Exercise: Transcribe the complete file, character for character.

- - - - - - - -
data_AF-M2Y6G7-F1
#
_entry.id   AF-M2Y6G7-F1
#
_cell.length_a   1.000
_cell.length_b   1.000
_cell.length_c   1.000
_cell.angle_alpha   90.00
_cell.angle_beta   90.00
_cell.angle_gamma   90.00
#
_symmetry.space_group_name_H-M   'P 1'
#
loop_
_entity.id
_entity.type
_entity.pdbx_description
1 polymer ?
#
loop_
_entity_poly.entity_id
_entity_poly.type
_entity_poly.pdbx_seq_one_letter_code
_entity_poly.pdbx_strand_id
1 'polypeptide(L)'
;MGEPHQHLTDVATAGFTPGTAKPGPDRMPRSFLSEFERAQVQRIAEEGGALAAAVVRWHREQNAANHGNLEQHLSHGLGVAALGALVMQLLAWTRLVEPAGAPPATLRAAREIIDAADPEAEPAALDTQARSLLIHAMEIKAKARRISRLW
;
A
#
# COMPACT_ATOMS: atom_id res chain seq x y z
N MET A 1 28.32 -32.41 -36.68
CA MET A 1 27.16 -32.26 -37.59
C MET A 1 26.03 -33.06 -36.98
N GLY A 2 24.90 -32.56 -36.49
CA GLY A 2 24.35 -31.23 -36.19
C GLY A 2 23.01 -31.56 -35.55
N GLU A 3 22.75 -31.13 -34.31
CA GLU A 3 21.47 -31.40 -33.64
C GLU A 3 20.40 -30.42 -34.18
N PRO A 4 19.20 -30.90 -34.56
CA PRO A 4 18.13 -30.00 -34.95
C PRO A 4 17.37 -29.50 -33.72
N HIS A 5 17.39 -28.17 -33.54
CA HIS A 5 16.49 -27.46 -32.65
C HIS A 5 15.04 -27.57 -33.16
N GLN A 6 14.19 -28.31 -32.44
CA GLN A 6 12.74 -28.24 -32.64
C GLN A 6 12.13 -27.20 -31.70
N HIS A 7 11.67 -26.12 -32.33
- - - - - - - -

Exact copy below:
data_AF-M2Y6G7-F1
#
_entry.id   AF-M2Y6G7-F1
#
_cell.length_a   1.000
_cell.length_b   1.000
_cell.length_c   1.000
_cell.angle_alpha   90.00
_cell.angle_beta   90.00
_cell.angle_gamma   90.00
#
_symmetry.space_group_name_H-M   'P 1'
#
loop_
_entity.id
_entity.type
_entity.pdbx_description
1 polymer ?
#
loop_
_entity_poly.entity_id
_entity_poly.type
_entity_poly.pdbx_seq_one_letter_code
_entity_poly.pdbx_strand_id
1 'polypeptide(L)'
;MGEPHQHLTDVATAGFTPGTAKPGPDRMPRSFLSEFERAQVQRIAEEGGALAAAVVRWHREQNAANHGNLEQHLSHGLGVAALGALVMQLLAWTRLVEPAGAPPATLRAAREIIDAADPEAEPAALDTQARSLLIHAMEIKAKARRISRLW
;
A
#
# COMPACT_ATOMS: atom_id res chain seq x y z
N MET A 1 28.32 -32.41 -36.68
CA MET A 1 27.16 -32.26 -37.59
C MET A 1 26.03 -33.06 -36.98
N GLY A 2 24.90 -32.56 -36.49
CA GLY A 2 24.35 -31.23 -36.19
C GLY A 2 23.01 -31.56 -35.55
N GLU A 3 22.75 -31.13 -34.31
CA GLU A 3 21.47 -31.40 -33.64
C GLU A 3 20.40 -30.42 -34.18
N PRO A 4 19.20 -30.90 -34.56
CA PRO A 4 18.13 -30.00 -34.95
C PRO A 4 17.37 -29.50 -33.72
N HIS A 5 17.39 -28.17 -33.54
CA HIS A 5 16.49 -27.46 -32.65
C HIS A 5 15.04 -27.57 -33.16
N GLN A 6 14.19 -28.31 -32.44
CA GLN A 6 12.74 -28.24 -32.64
C GLN A 6 12.13 -27.20 -31.70
N HIS A 7 11.67 -26.12 -32.33